From following their grandchildren around at kindergarten to hanging slanderous banners outside their homes to hacking their email to sending funeral wreaths to their doors, the leaders of Hong Kong's anticorruption Occupy Central movement face persistent, ongoing reprisals for their political activity.
Cases of mainland Chinese activists and dissidents targeted by state security agents are well documented. These include arbitrary detention, being followed, having phone and computer communications tapped, and seeing loved ones harassed. In some cases, their children are followed to school and the employers of their spouses are pressured to sack them.
Other leaders of the Occupy movement have also been targeted, the Monitor has found.
Reverend Chu Yiu-ming is so used to telephone harassment that he no longer uses his mobile phone; his church office phone still receive hundreds of nuisance calls. At the start of the Occupy movement, Rev. Chu's son noticed he was being followed and filmed when taking his own child to kindergarten. Footage of the film was later sent to Chu as an implicit threat. Chu's son also found posters with photos of himself and his parents posted near his home and his church, urging them to "repent."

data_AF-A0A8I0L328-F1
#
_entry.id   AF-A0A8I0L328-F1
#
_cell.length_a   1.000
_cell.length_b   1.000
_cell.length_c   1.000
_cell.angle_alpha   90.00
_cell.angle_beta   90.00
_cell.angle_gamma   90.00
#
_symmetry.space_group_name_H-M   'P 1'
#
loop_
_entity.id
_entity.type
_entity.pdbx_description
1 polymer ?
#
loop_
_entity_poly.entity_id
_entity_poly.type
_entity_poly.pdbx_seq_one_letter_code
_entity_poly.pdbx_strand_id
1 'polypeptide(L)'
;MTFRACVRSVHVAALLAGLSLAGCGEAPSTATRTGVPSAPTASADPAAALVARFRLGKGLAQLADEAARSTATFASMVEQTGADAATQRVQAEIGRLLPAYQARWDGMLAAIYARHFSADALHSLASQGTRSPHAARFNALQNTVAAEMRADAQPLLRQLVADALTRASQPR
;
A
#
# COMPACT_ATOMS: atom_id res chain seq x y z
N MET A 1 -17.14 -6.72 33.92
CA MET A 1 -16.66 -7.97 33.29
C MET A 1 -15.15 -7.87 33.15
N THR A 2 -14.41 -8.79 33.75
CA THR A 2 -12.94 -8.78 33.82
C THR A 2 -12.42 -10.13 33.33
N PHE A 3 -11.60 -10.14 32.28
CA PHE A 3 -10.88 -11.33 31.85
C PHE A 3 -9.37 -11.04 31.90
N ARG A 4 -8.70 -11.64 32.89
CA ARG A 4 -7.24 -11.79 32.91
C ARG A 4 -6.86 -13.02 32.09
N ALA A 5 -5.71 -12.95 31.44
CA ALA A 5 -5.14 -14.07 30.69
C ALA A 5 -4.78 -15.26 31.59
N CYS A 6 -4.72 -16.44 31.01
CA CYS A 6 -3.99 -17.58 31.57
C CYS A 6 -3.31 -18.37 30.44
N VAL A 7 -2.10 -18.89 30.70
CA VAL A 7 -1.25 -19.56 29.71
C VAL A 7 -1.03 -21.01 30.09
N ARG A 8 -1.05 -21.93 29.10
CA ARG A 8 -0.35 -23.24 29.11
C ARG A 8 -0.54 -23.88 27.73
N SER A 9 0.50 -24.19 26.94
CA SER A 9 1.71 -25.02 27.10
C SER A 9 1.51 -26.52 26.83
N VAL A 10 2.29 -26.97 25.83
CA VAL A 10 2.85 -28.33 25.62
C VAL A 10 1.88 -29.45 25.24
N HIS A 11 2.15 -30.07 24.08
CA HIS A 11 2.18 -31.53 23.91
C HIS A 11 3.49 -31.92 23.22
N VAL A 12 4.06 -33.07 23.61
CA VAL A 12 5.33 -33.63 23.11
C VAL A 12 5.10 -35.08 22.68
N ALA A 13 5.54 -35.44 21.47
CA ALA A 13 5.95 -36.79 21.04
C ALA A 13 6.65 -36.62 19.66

Occupy founder Benny Tai, a law professor at Hong Kong University and prominent figure in the protest, says he also receives harassing phone calls and hate letters. One missive contained a razor blade. Several times, protests have been staged outside his house. Banners with hostile messages were hung near his home. His e-mail account has been hacked, and the leaked content picked up and used by his critics, including details of meetings with foreign diplomats and of anonymous donations for the Occupy movement. Hong Kong chief executive C.Y. Leung accused him of colluding with "foreign forces." Mr. Tai insists that donors were local and that it is normal for scholars to have exchanges with foreigners.
The mother of Joshua Wong, a high-profile Occupy student leader, recently wrote that the family received floral funeral wreaths several times. Her own mobile phone number and the family's former address were made public on the Internet.
Hong Kong's 'Occupy' leaders now face quiet but persistent harassment [Verna Yu/Christian Science Monitor]